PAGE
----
ROBBINS: I grew almost 10 inches my junior year, but I didn’t discover why until I was 31 and a doctor told me I had a tumor in my brain. That was a brutal day, a moment of humbling disbelief, anger and doubt. I’d been healthy as a horse but was told I had a rare disorder called acromegaly, which caused the excessive growth spurt in my teens. At six-foot-seven, with size 16 feet, it didn’t take a brain surgeon to tell me that. He recommended surgery, but I never had it. And I’ve never had a problem. If I’d listened, they would have cut out a piece of my brain.
PLAYBOY: Studies have found that taller people are perceived as more intelligent and powerful, and they make more money. Did height give you an edge?
ROBBINS: It was more a hunger to succeed, to break through and make a difference. It’s not conditions, it’s decisions that shape your life. Destiny is choices. You can find too many people who are small in stature but not in character—like Mother Teresa or Mahatma Gandhi—to believe that height matters. Motive matters. The ultimate thing that separates people is finding a mission greater than themselves. But most people major in minor things. They know more about Lindsay Lohan and the Kardashians than about their emotional lives. They start out with dreams but get slapped down by disappointment, which takes a bite out of their confidence. So they travel through life with less than they deserve and come up with a story about why.
PLAYBOY: You mean “if only” rationales for lesser results?
ROBBINS: Yes. Most of us are looking for something outside ourselves that we can’t control to blame for where we are, rather than finding a way to control the inside world and maximize our greatest strengths. People who focus on what they can’t control are usually depressed, frustrated, angry, overwhelmed and lost. Sure, there’s no way to look at the world and say it’s fair, even or just. Some people have advantages.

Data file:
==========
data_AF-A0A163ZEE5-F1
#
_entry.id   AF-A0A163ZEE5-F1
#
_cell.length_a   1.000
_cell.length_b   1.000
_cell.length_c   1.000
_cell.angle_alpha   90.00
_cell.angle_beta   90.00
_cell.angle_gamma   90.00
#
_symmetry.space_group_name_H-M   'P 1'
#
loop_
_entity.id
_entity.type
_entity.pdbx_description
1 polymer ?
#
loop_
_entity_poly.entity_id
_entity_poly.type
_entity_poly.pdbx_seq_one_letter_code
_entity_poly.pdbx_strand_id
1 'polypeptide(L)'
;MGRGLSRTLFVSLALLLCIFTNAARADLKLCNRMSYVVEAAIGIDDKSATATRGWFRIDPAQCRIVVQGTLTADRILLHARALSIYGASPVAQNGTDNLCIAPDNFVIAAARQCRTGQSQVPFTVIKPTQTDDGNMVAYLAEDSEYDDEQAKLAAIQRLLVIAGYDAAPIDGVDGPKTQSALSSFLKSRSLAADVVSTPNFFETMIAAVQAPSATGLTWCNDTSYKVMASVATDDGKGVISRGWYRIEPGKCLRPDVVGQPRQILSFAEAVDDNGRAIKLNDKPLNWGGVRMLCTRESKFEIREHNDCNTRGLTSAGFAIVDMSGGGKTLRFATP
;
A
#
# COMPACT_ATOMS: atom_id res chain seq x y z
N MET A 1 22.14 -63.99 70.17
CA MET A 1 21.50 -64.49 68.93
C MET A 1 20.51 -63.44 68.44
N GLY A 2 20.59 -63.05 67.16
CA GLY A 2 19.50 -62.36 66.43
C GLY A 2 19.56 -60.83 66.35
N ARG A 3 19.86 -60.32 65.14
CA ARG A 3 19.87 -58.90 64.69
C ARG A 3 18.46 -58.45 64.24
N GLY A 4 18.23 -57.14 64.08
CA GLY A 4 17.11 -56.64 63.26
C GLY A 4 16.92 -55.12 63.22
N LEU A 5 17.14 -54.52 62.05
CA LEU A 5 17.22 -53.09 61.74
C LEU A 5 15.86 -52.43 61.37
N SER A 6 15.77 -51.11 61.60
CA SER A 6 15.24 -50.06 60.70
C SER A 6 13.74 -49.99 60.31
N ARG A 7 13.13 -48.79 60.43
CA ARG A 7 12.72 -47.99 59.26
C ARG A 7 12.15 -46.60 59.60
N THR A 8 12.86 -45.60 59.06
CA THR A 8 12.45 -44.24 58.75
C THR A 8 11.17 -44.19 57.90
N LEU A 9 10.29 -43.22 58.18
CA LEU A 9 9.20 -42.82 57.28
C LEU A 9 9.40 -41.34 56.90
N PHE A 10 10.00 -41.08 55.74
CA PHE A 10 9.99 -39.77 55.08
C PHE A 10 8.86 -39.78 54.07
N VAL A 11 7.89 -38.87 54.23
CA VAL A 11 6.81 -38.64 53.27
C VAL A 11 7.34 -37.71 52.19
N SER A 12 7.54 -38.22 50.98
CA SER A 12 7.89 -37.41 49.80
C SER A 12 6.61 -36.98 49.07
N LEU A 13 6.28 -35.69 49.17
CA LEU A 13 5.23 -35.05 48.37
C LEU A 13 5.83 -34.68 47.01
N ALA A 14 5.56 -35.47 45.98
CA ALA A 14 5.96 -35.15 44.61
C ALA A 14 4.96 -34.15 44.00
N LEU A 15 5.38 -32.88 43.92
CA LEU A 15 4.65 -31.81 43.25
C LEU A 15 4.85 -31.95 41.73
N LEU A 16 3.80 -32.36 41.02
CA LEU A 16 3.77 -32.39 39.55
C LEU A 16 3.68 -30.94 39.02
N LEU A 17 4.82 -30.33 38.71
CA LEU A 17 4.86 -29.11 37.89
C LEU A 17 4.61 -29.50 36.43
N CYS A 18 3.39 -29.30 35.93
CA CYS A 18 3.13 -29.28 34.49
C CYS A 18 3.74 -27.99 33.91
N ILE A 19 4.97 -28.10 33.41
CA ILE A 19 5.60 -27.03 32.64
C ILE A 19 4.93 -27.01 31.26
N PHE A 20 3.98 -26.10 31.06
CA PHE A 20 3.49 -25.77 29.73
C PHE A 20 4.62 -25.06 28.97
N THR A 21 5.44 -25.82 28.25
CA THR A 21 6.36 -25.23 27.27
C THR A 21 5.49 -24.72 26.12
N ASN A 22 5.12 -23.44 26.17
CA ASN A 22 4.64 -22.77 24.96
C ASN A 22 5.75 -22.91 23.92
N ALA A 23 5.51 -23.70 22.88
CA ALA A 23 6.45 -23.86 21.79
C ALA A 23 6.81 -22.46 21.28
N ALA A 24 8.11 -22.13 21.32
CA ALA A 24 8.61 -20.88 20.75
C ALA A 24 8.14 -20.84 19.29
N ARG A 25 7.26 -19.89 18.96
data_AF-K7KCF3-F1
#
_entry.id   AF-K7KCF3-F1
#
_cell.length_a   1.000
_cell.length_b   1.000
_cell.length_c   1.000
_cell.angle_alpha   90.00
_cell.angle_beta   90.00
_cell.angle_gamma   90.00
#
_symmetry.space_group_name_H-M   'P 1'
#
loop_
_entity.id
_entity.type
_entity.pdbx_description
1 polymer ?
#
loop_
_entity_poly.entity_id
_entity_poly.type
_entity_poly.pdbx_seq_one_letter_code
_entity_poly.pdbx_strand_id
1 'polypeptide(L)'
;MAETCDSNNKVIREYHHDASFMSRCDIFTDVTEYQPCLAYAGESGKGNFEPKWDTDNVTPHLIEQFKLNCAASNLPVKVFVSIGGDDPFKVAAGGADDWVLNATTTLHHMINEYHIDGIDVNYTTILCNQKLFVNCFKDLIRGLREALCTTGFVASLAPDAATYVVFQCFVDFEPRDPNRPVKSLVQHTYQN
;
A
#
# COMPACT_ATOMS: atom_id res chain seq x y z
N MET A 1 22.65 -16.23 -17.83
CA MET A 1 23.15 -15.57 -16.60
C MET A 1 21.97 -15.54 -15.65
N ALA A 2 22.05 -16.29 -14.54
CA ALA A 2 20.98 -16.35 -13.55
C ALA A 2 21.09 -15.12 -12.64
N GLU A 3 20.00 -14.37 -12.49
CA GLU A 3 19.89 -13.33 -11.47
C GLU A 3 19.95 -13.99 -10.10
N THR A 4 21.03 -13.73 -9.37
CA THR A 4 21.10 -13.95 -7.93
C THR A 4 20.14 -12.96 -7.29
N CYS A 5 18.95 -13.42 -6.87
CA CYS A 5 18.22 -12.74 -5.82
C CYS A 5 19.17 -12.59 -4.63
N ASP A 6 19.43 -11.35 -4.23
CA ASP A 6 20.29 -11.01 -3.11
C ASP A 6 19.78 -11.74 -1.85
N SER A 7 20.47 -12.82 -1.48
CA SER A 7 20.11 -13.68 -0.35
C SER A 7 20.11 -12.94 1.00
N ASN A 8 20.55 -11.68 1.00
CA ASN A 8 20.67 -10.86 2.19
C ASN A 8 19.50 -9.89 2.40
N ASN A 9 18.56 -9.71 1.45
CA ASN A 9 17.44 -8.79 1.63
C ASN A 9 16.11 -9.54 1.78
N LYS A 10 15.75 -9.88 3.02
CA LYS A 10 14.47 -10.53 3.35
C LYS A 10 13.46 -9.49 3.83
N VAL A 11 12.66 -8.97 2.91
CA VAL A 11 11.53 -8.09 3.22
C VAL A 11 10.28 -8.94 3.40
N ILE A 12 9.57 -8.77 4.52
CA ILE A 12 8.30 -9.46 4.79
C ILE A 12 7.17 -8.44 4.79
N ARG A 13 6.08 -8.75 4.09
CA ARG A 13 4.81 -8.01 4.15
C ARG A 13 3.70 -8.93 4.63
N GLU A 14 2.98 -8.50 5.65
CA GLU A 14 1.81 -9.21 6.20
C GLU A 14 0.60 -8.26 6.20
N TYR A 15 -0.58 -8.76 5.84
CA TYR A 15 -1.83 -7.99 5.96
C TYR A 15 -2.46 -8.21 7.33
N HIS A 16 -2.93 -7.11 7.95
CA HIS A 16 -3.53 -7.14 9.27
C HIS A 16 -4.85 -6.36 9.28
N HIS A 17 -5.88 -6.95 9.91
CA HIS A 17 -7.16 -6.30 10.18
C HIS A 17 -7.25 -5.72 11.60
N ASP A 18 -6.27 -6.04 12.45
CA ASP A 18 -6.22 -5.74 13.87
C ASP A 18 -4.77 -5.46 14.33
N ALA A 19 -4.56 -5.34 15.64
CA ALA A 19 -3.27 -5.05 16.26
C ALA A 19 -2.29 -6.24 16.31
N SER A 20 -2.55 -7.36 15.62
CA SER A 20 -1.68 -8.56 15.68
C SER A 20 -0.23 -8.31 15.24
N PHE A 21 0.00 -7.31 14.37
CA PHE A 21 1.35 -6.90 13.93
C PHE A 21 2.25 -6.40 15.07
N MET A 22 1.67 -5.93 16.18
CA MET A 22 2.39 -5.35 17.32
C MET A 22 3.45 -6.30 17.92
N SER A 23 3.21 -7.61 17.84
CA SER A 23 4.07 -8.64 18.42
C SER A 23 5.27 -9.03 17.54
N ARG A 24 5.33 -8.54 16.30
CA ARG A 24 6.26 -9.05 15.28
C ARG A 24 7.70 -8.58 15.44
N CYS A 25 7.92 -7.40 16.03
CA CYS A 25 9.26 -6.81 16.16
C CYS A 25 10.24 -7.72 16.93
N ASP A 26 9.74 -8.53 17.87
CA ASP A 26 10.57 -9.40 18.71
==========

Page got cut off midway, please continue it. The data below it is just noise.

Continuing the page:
PLAYBOY: Does having advantages always help?
ROBBINS: No. You give some people everything and they spend their lives going through rehab. Lindsay Lohan is a great example. Then you look at Oprah. Abused as a child, yet with an unbelievable level of passion she became the woman she is today.
PLAYBOY: So what makes the difference?
ROBBINS: I’ve been obsessed to know that my entire life. The difference is psychological strength, emotional fitness. It’s the capacity to face the worst setbacks and find something inside to push through and triumph no matter the circumstance. I interviewed Alice Herz-Sommer, the world’s oldest living Holocaust survivor. Her husband and parents were killed in the camps. She wasn’t. Why? She was a great pianist, so the Nazis used her to perform in propaganda films. If she had refused, they would have executed her young son and then her. You won’t meet a happier person.
PLAYBOY: Did she share her secret?
ROBBINS: Yes. She’d focus on a memory from her previous life that would get her laughing. And she got outside of herself by lifting people up with music. Compare her story to someone saying “I lost my job on Wall Street and now it’s over.” Give me a break. You’re not in Somalia, right? You haven’t lost your abilities. You can find a way to retool.
PLAYBOY: What’s the real problem?
ROBBINS: We’re emotionally unfit. We expect things to be given to us that other generations had to earn. We think we’re supposed to get homes with no money down and be supported by the government if we’re unemployed.
PLAYBOY: What do you tell people who lose their jobs?
ROBBINS: First, feed and strengthen your mind with something that inspires you. If you don’t, disaster and fear is where your brain will go. Second, feed and strengthen your body. Fear is physical. When you lift weights or go for a sprint, that energy flows back into your body and restores you to certainty. Third, find a role model, someone who has turned their life around. Fourth, take massive action and keep changing your approach. Fifth, find somebody who is 10 times worse off and help them. It reminds you that you have something to give and to be grateful.